Morning Briefing: Housing starts lower in August

by Steve Randall18 Sep 2015
Housing starts lower in August
Housing starts slowed in August according to new data from US Department of Housing and Urban Development and the Commerce Department. There was a 3 per cent drop to a seasonally adjusted annual rate of 1.126 million units. There was a 3.5 per cent rise in the number of permits issued but the National Association of Home Builders says that labor shortages and material costs is delaying the commencement of developments.

“A slight one-month decline is not unusual as the housing market moves forward at a slow and steady pace,” said NAHB Chief Economist David Crowe. “However, encouraging permit data, year-over-year increases in single and multifamily production, and rising builder confidence all bode well for a continuing, gradual recovery throughout the rest of the year.”

Single-family and multifamily units both has a 3 per cent drop in starts the Northeast seeing the largest decline at 33.7 per cent for the combined housing types.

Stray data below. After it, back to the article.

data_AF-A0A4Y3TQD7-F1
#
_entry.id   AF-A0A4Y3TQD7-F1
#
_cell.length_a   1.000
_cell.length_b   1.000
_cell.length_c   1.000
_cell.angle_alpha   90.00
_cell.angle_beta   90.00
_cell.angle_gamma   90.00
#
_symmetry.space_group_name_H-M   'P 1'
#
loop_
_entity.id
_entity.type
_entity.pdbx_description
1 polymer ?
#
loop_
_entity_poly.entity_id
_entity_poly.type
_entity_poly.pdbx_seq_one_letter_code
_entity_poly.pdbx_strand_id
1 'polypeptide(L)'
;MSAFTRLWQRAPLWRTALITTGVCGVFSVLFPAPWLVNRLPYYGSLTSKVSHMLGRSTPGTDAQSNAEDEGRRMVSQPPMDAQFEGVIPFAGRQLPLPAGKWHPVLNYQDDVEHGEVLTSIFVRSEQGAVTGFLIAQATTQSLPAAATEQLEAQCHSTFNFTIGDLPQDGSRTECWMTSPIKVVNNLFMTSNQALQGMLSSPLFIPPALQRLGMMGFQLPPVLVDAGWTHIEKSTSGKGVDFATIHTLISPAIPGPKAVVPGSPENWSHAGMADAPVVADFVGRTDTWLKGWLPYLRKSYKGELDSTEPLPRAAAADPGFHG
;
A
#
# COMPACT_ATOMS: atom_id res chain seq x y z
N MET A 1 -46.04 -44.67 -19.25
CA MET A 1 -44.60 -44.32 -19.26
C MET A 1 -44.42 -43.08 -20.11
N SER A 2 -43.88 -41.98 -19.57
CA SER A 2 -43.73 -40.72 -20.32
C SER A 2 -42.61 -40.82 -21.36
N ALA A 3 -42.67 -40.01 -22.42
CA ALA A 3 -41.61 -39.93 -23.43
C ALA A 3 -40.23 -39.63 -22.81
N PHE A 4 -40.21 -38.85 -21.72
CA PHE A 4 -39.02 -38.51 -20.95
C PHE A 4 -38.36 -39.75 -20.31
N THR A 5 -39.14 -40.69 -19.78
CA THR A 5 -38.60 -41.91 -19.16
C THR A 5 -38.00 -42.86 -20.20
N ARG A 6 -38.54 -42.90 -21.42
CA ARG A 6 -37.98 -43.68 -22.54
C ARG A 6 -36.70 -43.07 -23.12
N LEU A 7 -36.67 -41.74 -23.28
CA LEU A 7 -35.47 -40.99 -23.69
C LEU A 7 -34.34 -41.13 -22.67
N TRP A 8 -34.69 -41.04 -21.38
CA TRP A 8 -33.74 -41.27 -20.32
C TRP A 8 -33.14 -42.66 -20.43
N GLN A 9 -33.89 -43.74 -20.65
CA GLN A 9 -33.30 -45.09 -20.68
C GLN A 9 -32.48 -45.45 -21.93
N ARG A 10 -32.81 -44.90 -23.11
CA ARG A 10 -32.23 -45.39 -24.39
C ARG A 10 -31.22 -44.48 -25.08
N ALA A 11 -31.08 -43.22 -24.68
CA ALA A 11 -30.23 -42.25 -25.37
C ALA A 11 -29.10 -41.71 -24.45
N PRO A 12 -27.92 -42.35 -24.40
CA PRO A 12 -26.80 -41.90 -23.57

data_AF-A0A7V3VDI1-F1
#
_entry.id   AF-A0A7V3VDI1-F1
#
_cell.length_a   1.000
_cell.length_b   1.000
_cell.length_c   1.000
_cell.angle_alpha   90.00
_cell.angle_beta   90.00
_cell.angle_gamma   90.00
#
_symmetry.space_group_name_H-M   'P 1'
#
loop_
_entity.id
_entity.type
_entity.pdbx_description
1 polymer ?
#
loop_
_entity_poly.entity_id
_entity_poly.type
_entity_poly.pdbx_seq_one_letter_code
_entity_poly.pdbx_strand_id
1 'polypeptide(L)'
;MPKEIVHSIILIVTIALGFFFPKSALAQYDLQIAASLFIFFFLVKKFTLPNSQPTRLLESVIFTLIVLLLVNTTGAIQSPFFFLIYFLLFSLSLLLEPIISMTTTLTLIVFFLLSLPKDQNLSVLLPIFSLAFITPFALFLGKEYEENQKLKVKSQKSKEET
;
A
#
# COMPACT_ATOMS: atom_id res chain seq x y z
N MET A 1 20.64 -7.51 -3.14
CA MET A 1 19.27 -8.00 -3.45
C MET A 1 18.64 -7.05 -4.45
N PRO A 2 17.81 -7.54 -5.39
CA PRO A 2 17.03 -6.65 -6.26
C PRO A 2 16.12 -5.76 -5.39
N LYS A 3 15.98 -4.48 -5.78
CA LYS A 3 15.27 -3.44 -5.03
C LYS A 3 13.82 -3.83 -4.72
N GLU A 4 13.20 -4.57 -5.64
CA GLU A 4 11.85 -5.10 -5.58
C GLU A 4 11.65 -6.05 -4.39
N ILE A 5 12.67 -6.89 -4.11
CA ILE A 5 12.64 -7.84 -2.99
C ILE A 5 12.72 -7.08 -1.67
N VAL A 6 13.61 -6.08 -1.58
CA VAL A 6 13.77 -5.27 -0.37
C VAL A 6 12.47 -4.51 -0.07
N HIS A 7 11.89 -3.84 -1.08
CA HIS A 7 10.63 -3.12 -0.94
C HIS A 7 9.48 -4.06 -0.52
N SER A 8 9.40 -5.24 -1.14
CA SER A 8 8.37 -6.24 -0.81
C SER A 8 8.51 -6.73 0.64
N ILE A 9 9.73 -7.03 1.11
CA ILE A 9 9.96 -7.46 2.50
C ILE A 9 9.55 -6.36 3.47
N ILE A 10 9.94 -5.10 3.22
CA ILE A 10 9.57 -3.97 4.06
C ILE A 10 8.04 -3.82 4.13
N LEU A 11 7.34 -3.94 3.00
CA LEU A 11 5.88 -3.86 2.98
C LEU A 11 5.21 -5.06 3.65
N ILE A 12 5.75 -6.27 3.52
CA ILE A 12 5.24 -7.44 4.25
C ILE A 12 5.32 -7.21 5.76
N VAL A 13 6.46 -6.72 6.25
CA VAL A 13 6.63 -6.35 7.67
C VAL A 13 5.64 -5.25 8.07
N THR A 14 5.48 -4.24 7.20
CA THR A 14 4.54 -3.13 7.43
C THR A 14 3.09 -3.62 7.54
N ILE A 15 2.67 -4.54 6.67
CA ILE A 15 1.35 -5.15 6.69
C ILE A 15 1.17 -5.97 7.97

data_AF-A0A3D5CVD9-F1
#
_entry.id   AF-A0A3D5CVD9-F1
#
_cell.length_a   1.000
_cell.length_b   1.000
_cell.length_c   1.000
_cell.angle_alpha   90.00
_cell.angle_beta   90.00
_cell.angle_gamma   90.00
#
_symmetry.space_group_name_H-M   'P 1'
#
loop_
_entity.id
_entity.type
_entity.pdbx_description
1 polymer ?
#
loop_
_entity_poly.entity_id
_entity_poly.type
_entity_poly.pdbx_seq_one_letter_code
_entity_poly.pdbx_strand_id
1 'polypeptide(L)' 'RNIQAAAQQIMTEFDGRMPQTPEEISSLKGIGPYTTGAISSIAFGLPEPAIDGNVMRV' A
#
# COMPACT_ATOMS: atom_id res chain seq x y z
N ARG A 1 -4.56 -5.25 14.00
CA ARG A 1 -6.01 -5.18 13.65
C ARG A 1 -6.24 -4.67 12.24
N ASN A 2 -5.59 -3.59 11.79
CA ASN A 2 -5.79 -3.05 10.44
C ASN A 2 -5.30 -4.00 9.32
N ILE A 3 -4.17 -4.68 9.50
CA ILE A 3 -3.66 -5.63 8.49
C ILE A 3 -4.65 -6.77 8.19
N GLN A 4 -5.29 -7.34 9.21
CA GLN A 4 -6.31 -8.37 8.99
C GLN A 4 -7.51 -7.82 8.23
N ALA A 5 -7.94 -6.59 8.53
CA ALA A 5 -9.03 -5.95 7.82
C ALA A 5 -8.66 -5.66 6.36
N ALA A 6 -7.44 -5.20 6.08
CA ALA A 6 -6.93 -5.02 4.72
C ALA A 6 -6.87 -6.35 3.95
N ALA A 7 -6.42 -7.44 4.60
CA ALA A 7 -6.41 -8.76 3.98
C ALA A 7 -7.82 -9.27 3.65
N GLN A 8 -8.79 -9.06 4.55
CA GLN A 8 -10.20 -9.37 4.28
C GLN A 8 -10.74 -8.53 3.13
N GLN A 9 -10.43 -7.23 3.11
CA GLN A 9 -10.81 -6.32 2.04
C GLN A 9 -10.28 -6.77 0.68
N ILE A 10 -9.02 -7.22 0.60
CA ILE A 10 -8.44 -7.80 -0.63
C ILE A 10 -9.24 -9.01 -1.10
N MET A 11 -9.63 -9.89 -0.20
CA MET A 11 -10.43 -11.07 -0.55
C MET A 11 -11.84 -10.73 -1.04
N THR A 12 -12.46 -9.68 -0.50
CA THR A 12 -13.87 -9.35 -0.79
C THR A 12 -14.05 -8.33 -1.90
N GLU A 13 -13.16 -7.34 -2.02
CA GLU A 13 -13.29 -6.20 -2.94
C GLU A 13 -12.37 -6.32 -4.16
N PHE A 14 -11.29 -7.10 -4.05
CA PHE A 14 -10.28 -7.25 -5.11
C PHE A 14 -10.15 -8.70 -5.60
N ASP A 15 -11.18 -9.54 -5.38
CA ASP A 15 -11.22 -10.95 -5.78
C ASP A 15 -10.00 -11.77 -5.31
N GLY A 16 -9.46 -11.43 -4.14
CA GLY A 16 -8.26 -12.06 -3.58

Moody’s confirms lease at 1 World Trade Center
Credit rating agency Moody’s has confirmed that it has signed a lease for 75,000 square feet of office space at 1 World Trade Center in New York City. The NY Post reports that the firm will take the 56th and 57th floors in the tower which is already home to Conde Naste and High 5 Games. The asking price for space is $69 per square foot.
 
Mortgage rates steady this week
Mortgage rates were calm this week ahead of Thursday’s announcement on interest rates by the Fed. Freddie Mac’s Primary Mortgage Market Survey showed that 30-year FRM’s averaged 3.91 per cent in the week to Sept. 17, up from 3.90 in the week earlier; 15-year FRM’s averaged 3.11 per cent, up from 3.10; 5-year ARM’s averaged 2.92 per cent, up from 2.91; and 1-year FRM’s averaged 2.56 per cent, down from 2.63 per cent in the previous week.

Speaking before the Fed announced a freeze on interest rates, Freddie Mac’s chief economist Sean Becketti was not expecting a significant change even if there was an interest rate rise: We're still on track for the best year of home sales since 2007. While our outlook incorporates a moderate increase in mortgage rates over the next 18 months, rates are likely to remain low by historical standards and should not be a determining factor for most Americans looking to purchase a home." 
 

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